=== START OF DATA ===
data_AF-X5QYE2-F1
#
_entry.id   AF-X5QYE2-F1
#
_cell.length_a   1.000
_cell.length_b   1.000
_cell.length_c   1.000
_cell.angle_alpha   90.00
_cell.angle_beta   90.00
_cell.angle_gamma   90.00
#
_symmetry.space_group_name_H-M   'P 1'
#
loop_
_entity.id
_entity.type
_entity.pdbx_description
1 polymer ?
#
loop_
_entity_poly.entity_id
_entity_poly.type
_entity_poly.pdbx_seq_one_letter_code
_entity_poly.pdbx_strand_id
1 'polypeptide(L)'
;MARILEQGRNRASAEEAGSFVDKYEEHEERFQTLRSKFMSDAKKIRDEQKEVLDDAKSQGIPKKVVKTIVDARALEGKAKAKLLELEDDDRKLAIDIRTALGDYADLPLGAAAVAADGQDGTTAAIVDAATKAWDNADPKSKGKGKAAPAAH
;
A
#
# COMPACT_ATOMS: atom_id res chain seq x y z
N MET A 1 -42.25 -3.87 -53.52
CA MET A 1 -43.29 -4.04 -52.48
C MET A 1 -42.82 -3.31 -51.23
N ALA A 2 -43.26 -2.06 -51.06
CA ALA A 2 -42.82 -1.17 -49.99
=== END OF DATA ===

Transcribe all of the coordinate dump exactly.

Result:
data_AF-X5QYE2-F1
#
_entry.id   AF-X5QYE2-F1
#
_cell.length_a   1.000
_cell.length_b   1.000
_cell.length_c   1.000
_cell.angle_alpha   90.00
_cell.angle_beta   90.00
_cell.angle_gamma   90.00
#
_symmetry.space_group_name_H-M   'P 1'
#
loop_
_entity.id
_entity.type
_entity.pdbx_description
1 polymer ?
#
loop_
_entity_poly.entity_id
_entity_poly.type
_entity_poly.pdbx_seq_one_letter_code
_entity_poly.pdbx_strand_id
1 'polypeptide(L)'
;MARILEQGRNRASAEEAGSFVDKYEEHEERFQTLRSKFMSDAKKIRDEQKEVLDDAKSQGIPKKVVKTIVDARALEGKAKAKLLELEDDDRKLAIDIRTALGDYADLPLGAAAVAADGQDGTTAAIVDAATKAWDNADPKSKGKGKAAPAAH
;
A
#
# COMPACT_ATOMS: atom_id res chain seq x y z
N MET A 1 -42.25 -3.87 -53.52
CA MET A 1 -43.29 -4.04 -52.48
C MET A 1 -42.82 -3.31 -51.23
N ALA A 2 -43.26 -2.06 -51.06
CA ALA A 2 -42.82 -1.17 -49.99